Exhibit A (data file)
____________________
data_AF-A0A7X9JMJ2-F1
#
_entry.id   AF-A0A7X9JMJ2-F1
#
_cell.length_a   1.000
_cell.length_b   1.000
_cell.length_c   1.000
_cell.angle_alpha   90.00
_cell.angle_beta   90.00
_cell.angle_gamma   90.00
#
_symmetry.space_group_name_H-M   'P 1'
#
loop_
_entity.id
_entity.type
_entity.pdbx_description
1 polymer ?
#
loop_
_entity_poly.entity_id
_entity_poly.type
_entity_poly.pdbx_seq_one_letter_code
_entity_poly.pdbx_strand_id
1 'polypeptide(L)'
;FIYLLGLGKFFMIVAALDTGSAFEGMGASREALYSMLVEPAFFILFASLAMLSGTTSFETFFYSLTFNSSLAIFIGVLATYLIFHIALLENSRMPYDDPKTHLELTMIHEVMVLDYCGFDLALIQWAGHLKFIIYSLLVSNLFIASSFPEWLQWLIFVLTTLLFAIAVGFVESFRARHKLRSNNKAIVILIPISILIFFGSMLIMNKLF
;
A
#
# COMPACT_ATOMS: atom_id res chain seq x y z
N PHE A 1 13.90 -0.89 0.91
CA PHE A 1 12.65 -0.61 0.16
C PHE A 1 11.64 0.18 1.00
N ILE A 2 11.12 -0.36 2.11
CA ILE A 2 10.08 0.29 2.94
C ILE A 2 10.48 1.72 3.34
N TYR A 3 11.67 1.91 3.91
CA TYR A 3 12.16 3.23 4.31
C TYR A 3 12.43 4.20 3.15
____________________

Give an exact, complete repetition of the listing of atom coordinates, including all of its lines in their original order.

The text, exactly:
data_AF-A0A7X9JMJ2-F1
#
_entry.id   AF-A0A7X9JMJ2-F1
#
_cell.length_a   1.000
_cell.length_b   1.000
_cell.length_c   1.000
_cell.angle_alpha   90.00
_cell.angle_beta   90.00
_cell.angle_gamma   90.00
#
_symmetry.space_group_name_H-M   'P 1'
#
loop_
_entity.id
_entity.type
_entity.pdbx_description
1 polymer ?
#
loop_
_entity_poly.entity_id
_entity_poly.type
_entity_poly.pdbx_seq_one_letter_code
_entity_poly.pdbx_strand_id
1 'polypeptide(L)'
;FIYLLGLGKFFMIVAALDTGSAFEGMGASREALYSMLVEPAFFILFASLAMLSGTTSFETFFYSLTFNSSLAIFIGVLATYLIFHIALLENSRMPYDDPKTHLELTMIHEVMVLDYCGFDLALIQWAGHLKFIIYSLLVSNLFIASSFPEWLQWLIFVLTTLLFAIAVGFVESFRARHKLRSNNKAIVILIPISILIFFGSMLIMNKLF
;
A
#
# COMPACT_ATOMS: atom_id res chain seq x y z
N PHE A 1 13.90 -0.89 0.91
CA PHE A 1 12.65 -0.61 0.16
C PHE A 1 11.64 0.18 1.00
N ILE A 2 11.12 -0.36 2.11
CA ILE A 2 10.08 0.29 2.94
C ILE A 2 10.48 1.72 3.34
N TYR A 3 11.67 1.91 3.91
CA TYR A 3 12.16 3.23 4.31
C TYR A 3 12.43 4.20 3.15